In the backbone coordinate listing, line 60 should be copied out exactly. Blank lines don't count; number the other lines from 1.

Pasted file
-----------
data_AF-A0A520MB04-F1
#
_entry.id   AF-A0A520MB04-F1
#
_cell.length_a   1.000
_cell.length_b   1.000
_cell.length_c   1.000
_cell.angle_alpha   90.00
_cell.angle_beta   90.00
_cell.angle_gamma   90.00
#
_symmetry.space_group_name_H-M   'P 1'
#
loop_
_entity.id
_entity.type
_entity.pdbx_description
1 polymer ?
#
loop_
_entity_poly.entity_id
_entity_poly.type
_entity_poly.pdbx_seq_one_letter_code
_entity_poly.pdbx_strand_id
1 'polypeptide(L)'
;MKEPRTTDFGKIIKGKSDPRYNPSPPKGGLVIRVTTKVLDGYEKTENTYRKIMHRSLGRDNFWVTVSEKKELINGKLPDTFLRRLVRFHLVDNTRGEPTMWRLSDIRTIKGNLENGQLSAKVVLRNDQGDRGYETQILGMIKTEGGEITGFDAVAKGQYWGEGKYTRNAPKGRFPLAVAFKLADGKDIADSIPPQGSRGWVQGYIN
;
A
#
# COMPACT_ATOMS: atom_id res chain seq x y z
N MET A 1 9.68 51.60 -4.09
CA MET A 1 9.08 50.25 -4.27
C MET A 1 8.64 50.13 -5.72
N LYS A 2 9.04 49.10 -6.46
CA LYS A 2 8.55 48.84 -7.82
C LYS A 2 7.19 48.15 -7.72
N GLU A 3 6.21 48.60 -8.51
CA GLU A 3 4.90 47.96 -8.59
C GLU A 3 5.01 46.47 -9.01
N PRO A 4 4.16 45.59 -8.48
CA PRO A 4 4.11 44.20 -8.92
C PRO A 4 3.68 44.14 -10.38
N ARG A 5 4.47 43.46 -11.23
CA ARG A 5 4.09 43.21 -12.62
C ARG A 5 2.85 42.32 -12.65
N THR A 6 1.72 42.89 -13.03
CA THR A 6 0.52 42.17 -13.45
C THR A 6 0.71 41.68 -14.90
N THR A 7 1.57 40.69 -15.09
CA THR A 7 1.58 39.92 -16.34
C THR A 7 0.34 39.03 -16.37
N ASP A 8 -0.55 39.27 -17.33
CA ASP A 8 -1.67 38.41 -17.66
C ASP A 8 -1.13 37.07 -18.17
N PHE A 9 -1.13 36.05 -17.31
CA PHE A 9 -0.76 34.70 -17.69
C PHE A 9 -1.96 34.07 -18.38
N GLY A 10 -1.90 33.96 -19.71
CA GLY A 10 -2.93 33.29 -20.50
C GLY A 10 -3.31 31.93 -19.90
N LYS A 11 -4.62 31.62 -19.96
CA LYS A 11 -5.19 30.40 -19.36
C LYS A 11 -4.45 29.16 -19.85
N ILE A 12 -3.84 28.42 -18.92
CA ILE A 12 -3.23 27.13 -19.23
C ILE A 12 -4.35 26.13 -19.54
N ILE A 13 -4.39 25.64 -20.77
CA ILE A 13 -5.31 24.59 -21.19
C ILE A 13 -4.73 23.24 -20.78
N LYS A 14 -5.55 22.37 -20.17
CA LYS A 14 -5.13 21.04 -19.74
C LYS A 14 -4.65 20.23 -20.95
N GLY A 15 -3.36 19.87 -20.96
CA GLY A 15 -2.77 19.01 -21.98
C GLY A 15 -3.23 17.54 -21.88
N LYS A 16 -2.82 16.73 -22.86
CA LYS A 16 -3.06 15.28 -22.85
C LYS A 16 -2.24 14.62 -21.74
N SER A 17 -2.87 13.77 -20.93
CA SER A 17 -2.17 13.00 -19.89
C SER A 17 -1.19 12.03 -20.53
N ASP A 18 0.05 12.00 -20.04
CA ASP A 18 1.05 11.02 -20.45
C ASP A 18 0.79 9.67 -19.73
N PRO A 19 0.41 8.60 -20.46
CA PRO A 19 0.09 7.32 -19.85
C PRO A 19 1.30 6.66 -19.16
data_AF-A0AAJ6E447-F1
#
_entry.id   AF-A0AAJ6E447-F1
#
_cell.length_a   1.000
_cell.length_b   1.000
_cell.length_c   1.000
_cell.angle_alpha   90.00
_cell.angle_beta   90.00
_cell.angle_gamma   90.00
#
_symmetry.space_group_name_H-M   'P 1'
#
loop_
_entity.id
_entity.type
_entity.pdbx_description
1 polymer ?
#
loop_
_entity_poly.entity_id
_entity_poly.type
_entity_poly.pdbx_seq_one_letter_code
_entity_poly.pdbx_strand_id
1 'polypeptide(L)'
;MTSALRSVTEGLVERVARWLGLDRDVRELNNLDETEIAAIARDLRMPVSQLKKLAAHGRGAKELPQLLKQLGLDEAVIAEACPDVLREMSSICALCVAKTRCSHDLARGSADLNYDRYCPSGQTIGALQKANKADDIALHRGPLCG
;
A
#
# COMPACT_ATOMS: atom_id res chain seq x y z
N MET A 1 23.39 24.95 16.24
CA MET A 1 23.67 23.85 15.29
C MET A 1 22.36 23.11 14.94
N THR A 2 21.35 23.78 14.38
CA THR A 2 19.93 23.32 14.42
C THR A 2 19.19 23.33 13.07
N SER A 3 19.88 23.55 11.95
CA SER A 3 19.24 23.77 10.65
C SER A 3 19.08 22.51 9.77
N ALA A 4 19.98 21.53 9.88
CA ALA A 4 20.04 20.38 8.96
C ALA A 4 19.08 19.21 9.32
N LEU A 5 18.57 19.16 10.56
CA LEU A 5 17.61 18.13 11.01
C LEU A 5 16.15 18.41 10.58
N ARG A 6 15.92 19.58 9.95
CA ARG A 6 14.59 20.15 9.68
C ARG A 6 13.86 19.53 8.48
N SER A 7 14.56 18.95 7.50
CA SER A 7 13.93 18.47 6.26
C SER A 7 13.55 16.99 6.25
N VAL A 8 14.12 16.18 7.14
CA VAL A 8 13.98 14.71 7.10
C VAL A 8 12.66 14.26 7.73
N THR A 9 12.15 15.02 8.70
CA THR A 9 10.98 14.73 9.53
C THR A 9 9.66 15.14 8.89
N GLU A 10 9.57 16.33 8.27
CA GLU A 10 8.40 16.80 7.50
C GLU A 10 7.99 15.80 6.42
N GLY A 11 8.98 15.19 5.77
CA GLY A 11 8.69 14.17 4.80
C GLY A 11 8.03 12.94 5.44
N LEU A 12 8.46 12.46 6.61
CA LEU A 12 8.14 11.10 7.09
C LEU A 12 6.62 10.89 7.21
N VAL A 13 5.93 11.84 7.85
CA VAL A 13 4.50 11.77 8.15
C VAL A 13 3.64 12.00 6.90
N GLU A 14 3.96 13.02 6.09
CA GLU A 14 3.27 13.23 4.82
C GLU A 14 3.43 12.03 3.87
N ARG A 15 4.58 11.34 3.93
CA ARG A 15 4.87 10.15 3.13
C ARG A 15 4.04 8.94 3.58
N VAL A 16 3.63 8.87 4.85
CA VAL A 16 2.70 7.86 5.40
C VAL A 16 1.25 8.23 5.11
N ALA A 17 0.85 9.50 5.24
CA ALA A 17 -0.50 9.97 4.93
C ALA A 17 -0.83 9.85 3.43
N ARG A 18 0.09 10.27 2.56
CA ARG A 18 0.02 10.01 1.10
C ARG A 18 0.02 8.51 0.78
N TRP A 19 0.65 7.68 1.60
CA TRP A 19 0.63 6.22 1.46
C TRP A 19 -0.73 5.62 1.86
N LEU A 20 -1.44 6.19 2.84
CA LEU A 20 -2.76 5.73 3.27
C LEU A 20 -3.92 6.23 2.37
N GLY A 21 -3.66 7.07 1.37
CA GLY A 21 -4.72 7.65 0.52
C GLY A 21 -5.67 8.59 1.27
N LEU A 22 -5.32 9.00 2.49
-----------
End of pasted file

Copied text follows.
C GLY A 10 -3.31 31.93 -19.90